The GM soybeans in the pig study had a lower nutritive value at normal processing temperatures (soybeans are always processed into a cake for animal feed). It is unknown whether the effects were nutritive or toxic.  And it is known that some toxins only appear at some temperatures. The first table (13)  reports F/G ratio, which is an “indication of how much food (in pounds) it takes to put on 1 lb of body weight in the animal”. At the indicated temperature, animals fed on heated high oleic acid soybeans often were less able to convert food energy into body mass. This only occurred in the GM soybean. An explanation wasn't offered.

A similar effect was seen with chickens. When pigs or chickens were fed the GM high oleic acid soybeans, the efficiency of feed conversion fell in comparison to control diets. At the time, FSANZ attributed the effect on chickens to lower amino acid levels in the test diets. The tested varieties of high oleic acid soybeans were also modified to produce higher levels of lysine. At temperatures used to cook soybeans and corn,  lysine will react with sugars to both reduce the amount of available lysine and also create potentially toxic compounds. The key point here is that the cause of the processing effect on high oleic acid soybeans was never determined. It could have been an effect of lysine at high temperature. It may have been caused by other intended or unintended effects of silencing the fad2-1 gene, high oleic acid or high linoleic acid isomer 9,15 alone or in combination with lysine.  This particular soybean was withdrawn from the market soon after approval.  ( J. Heinemann, personal communication) Was it included in this data set?  -Who knows!

    So we can't say that GMOs improve feed efficiency as a category, because some traits actually reduce it, Each trait  needs to be evaluated individually- rather than be lumped into a giant category of GMOs as was done in this study which presumably compares livestock production data for the entire herd "before GMOs"  to "after GMOs", as articulated in the "hypothesis" below. 

Beyond wishful thinking, the author doesn't convincingly explain how  these exceptionally limited parameters encompass  health. Health is measurable with medical tests (bloodwork, microbiology, imaging such as X-rays,  biopsies/ histopathology), but no medical tests are cited in this "study".

It should be  intuitively obvious by now that  even if  medical tests were reported--wholly absent from this study they are entirely meaningless to any animal other than a 49-day old  broiler chicken, never mind a human.

And there are reasons chickens aren't a used in preliminary testing of effects of substances on humans--they are a very poor model for human health.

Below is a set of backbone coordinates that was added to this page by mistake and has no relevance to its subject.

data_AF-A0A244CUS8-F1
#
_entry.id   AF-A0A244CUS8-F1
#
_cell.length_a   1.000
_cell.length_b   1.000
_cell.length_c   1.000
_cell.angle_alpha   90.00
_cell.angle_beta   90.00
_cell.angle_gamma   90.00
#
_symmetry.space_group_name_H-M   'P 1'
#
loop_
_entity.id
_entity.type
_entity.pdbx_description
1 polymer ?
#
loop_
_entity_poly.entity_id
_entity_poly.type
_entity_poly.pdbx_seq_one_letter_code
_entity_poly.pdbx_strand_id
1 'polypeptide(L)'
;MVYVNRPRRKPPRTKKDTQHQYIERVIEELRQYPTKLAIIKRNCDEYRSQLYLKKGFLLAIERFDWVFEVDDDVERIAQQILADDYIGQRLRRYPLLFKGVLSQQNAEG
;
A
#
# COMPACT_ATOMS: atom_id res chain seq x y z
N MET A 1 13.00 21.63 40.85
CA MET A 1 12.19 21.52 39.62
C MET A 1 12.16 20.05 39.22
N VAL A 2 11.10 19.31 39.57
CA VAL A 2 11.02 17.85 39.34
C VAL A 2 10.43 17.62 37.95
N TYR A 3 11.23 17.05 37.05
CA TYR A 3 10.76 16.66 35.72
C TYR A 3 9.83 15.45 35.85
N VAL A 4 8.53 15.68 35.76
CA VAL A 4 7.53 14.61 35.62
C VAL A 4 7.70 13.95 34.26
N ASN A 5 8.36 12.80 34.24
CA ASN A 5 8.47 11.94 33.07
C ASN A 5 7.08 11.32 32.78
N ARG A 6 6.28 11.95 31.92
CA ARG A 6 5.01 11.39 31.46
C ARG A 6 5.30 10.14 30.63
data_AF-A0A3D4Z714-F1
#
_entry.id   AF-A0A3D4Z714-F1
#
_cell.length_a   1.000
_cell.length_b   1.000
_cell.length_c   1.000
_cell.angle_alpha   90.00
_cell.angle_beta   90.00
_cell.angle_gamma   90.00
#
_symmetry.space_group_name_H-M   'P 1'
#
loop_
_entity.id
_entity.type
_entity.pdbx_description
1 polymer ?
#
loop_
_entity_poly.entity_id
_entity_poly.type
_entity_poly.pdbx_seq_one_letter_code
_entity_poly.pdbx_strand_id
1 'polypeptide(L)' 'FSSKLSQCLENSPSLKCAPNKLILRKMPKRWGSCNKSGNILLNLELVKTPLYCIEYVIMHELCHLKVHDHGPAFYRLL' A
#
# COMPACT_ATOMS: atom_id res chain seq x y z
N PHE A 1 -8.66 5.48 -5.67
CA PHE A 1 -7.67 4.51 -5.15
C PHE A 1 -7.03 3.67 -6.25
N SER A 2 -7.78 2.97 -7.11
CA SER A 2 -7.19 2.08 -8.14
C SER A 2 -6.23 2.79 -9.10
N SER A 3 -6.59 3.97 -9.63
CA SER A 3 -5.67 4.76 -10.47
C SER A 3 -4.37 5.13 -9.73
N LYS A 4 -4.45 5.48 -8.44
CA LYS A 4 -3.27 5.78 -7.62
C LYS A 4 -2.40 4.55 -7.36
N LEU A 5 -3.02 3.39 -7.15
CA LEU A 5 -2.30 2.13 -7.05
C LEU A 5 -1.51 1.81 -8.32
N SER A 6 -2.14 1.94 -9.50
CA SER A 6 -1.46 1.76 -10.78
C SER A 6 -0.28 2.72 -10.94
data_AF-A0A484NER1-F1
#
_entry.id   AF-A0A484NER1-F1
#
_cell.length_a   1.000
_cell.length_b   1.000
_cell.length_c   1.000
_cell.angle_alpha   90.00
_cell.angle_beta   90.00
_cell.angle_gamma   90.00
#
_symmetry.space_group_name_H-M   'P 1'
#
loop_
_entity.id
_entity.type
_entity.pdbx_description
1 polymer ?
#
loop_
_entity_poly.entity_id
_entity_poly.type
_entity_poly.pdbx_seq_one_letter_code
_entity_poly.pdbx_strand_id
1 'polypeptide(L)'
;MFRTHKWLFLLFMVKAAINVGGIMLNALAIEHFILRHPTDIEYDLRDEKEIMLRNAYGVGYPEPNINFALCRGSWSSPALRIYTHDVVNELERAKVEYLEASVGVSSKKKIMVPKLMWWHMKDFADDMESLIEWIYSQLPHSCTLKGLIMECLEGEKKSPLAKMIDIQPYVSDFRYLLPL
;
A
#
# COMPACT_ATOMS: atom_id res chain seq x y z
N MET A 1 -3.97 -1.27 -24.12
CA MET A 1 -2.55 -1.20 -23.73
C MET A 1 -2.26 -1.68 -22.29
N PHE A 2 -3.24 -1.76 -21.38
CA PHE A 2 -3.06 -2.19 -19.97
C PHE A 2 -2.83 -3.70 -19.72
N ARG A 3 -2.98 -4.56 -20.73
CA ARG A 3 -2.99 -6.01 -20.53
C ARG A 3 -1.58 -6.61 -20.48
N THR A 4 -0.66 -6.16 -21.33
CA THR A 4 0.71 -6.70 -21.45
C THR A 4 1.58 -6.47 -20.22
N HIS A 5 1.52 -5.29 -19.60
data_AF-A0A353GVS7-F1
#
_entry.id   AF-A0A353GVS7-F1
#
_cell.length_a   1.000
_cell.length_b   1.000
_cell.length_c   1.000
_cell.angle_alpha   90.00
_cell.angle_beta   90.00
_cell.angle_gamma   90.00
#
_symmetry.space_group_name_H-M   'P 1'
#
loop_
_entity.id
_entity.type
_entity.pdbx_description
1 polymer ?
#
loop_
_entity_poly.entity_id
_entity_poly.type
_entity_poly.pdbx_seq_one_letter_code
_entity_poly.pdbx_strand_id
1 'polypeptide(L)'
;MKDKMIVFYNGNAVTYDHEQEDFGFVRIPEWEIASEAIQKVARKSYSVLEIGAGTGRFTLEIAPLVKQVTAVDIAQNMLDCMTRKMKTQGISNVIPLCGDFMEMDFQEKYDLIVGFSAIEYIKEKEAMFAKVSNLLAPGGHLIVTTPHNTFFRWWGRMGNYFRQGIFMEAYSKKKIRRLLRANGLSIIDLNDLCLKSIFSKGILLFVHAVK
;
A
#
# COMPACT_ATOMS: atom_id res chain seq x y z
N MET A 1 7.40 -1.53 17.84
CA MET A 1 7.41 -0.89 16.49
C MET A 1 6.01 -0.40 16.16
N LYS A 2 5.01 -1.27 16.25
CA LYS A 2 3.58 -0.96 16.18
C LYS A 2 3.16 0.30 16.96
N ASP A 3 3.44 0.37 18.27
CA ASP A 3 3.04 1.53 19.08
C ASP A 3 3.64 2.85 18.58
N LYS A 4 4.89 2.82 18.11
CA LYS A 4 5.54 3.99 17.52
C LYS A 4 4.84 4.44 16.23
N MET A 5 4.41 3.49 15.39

The remaining 5% of the animals in the data set are dairy cattle and beef cattle. The authors cobbled  together data from  disparate sources,  and when data wasn't available-simply made it up.

Page 11 states " data on cattle condemnation rates were available for 1999-2002.

Data for 2003-2007 is based on FOIA.

Data for 1994 (before GMOs)  was collected  from National Non-Fed Beef Quality Audit--but these animals do not spend  time  in  feedlots!
Since there was no data for cattle for 1983-1994 or 2000-2011, claims that this study examined parameters for 19 years is a lie. Data was unavailable for cattle before GMOs were introduced, so the authors fills in a 22 year gap with  regression analysis  -a projection- for 11 years (1983-1994) before GMOs were introduced, as well as for 11 years  (2000-2011) after.

The only definitive data was for 1999-2002, even if condemnation rates were associated with animal health, but they aren't. Speed of slaughter lines and the number of assigned federal meat inspectors whose numbers have been dwindling. affect condemnation rates which do not substitute for proper post-mortem analysis with histopathology.


The only parameter found for the duration  was  milk yield.

Somatic Cell Counts  were reported for a 1995-2011, thus, there is no data "before GMOs" and condemnation rates for 1998-2006, after the introduction of GMOs.
SCC is used to report mastitis ( breast infection), but it can't differentiate mastitis due to good/ poor animal health resulting from impacts of GMOs  on health from  hygiene,  milking equipment sanitation or antibiotic use. These confounding factors make the association of this test with GMOs spurious.


  •  Milk yield and SCC certainly  do not reflect the animal's overall health  indirectly indicated by longevity, since dairy is culled at 4-5years of the age of a 15-year normal lifespan. One most certainly can't use milk parameters for  males who don't produce milk at all.



  • Clearly, milk tests do not evaluate the function of the metabolic organs-kidneys, liver, pancreas, the endocrine system, GI tract, bone marrow, the musculoskeletal system  or the immune system any organ outside of mammary glands.